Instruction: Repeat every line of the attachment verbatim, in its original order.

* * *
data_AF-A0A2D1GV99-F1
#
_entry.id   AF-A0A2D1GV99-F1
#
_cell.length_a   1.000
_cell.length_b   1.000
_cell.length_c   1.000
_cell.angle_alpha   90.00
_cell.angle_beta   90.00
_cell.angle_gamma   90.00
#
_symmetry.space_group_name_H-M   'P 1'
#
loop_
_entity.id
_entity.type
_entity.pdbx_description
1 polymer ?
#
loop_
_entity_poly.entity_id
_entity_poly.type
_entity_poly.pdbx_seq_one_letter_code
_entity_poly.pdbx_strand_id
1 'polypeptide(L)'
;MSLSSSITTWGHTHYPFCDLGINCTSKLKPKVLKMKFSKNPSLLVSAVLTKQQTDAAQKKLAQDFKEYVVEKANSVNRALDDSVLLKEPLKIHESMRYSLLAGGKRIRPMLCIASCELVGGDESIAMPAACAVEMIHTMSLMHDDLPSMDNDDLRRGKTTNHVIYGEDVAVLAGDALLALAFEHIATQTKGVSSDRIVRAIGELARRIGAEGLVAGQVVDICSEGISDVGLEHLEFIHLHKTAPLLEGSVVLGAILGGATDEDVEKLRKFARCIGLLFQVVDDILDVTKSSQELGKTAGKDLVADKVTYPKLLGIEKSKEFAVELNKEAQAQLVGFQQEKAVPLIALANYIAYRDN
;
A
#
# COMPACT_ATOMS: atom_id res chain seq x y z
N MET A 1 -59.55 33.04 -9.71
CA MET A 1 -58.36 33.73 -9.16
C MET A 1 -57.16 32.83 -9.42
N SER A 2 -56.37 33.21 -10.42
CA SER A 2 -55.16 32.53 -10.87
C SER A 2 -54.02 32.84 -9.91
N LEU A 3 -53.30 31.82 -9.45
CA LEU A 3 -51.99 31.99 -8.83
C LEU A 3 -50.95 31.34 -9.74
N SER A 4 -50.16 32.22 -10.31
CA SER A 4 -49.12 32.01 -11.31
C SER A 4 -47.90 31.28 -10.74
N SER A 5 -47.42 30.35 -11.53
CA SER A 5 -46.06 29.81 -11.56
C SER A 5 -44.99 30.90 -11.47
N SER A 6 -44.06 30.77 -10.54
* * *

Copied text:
data_AF-A0A2D1GV99-F1
#
_entry.id   AF-A0A2D1GV99-F1
#
_cell.length_a   1.000
_cell.length_b   1.000
_cell.length_c   1.000
_cell.angle_alpha   90.00
_cell.angle_beta   90.00
_cell.angle_gamma   90.00
#
_symmetry.space_group_name_H-M   'P 1'
#
loop_
_entity.id
_entity.type
_entity.pdbx_description
1 polymer ?
#
loop_
_entity_poly.entity_id
_entity_poly.type
_entity_poly.pdbx_seq_one_letter_code
_entity_poly.pdbx_strand_id
1 'polypeptide(L)'
;MSLSSSITTWGHTHYPFCDLGINCTSKLKPKVLKMKFSKNPSLLVSAVLTKQQTDAAQKKLAQDFKEYVVEKANSVNRALDDSVLLKEPLKIHESMRYSLLAGGKRIRPMLCIASCELVGGDESIAMPAACAVEMIHTMSLMHDDLPSMDNDDLRRGKTTNHVIYGEDVAVLAGDALLALAFEHIATQTKGVSSDRIVRAIGELARRIGAEGLVAGQVVDICSEGISDVGLEHLEFIHLHKTAPLLEGSVVLGAILGGATDEDVEKLRKFARCIGLLFQVVDDILDVTKSSQELGKTAGKDLVADKVTYPKLLGIEKSKEFAVELNKEAQAQLVGFQQEKAVPLIALANYIAYRDN
;
A
#
# COMPACT_ATOMS: atom_id res chain seq x y z
N MET A 1 -59.55 33.04 -9.71
CA MET A 1 -58.36 33.73 -9.16
C MET A 1 -57.16 32.83 -9.42
N SER A 2 -56.37 33.21 -10.42
CA SER A 2 -55.16 32.53 -10.87
C SER A 2 -54.02 32.84 -9.91
N LEU A 3 -53.30 31.82 -9.45
CA LEU A 3 -51.99 31.99 -8.83
C LEU A 3 -50.95 31.34 -9.74
N SER A 4 -50.16 32.22 -10.31
CA SER A 4 -49.12 32.01 -11.31
C SER A 4 -47.90 31.28 -10.74
N SER A 5 -47.42 30.35 -11.53
CA SER A 5 -46.06 29.81 -11.56
C SER A 5 -44.99 30.90 -11.47
N SER A 6 -44.06 30.77 -10.54